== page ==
Trafficking in Persons Report 2016

Publication Year: 2016  / Sources: U.S. Department of State, Office of the Under Secretary for Civilian Security, Democracy, and Human Rights

Cambodia is a source, transit, and destination country for men, women, and children subjected to forced labor and sex trafficking. Cambodian adults and children migrate to other countries within the region and increasingly to the Middle East for work; many are subjected to forced labor on fishing vessels, in agriculture, in construction, in factories, and in domestic servitude—often through debt bondage—or to sex trafficking.

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Doing Business 2017 (Cambodia Profile): Equal Opportunity for All

Publication Year: 2017  / Sources: World Bank Group

Doing Business sheds light on how easy or difficult it is for a local entrepreneur to open and run a small to medium-size business when complying with relevant regulations. It measures and tracks changes in regulations affecting 11 areas in the life cycle of a business: starting a business, dealing with construction permits, getting electricity, registering property, getting credit, protecting minority investors, paying taxes, trading across borders, enforcing contracts, resolving insolvency and labor market regulation.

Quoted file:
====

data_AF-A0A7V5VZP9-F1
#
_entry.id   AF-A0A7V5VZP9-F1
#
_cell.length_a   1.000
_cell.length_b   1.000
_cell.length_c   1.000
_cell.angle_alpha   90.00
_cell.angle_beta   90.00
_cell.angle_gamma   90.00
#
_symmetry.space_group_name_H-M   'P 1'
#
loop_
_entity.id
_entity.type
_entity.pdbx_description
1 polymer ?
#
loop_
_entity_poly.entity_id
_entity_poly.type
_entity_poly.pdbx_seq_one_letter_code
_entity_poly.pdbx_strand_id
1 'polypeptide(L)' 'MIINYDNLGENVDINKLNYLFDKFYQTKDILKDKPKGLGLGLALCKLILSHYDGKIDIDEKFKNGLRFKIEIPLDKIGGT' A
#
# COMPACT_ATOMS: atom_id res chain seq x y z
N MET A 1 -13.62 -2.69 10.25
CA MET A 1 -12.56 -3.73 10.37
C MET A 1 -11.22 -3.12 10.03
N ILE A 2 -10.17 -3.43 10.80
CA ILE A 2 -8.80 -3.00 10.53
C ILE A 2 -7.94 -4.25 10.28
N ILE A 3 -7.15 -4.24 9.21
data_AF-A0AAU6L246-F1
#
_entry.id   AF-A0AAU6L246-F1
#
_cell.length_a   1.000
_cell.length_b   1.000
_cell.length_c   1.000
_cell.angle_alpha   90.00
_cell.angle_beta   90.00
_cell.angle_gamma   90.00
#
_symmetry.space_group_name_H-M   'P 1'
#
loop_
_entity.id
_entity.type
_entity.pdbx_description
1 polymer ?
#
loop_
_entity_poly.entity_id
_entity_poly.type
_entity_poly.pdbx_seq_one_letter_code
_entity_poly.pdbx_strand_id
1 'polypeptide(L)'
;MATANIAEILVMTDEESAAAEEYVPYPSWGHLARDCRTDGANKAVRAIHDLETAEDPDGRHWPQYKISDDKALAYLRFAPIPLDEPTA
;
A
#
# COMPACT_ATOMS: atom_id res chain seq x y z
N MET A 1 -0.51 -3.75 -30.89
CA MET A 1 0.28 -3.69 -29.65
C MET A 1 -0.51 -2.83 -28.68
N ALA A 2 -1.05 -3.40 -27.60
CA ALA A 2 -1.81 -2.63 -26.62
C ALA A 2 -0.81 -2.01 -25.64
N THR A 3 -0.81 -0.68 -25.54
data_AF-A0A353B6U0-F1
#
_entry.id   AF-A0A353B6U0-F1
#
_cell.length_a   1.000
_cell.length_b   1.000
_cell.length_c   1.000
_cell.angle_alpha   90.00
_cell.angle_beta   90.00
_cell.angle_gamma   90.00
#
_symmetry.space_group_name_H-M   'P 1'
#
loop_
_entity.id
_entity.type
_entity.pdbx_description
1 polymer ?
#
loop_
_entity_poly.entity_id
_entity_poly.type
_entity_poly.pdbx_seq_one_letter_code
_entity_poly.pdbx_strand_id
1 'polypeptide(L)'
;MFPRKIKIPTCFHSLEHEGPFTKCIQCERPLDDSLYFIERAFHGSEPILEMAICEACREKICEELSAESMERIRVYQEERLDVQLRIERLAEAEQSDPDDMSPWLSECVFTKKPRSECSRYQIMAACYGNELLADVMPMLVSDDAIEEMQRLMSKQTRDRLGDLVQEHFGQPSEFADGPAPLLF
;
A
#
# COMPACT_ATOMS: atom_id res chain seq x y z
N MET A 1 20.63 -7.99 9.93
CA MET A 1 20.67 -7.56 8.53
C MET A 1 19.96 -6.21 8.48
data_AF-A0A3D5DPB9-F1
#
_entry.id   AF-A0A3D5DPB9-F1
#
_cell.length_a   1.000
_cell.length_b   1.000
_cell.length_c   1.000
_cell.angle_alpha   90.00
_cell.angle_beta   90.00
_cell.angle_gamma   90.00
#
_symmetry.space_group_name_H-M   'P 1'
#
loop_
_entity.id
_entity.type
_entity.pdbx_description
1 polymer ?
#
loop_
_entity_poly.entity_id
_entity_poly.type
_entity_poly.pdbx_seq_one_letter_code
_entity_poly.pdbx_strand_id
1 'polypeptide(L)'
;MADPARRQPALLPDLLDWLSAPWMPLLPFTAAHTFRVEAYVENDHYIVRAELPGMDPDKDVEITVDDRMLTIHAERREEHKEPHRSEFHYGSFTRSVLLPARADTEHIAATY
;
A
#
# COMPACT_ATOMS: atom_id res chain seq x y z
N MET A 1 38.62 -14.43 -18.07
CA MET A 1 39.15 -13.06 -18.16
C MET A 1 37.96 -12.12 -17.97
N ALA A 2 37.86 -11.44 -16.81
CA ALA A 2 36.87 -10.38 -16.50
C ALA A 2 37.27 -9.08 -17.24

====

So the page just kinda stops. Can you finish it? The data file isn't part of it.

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Built on Slavery: Debt Bondage and Child Labour in Cambodia’s Brick Factories

Publication Year: 2016  / Sources: Cambodian League for the Promotion and Defense of Human Rights (LICADHO)

The interviews and group discussions covered a range of topics including details of the interviewees’ daily lives and their work; their financial situations and the amount of debt owed by them or their families; how they had come to brick factory work; employment practices; the use of child labour; access to education; and injuries caused by factory machinery.

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The Global Competitiveness Report 2016-2017

Publication Year: 2016  / Sources: Klaus Schwab, World Economic Forum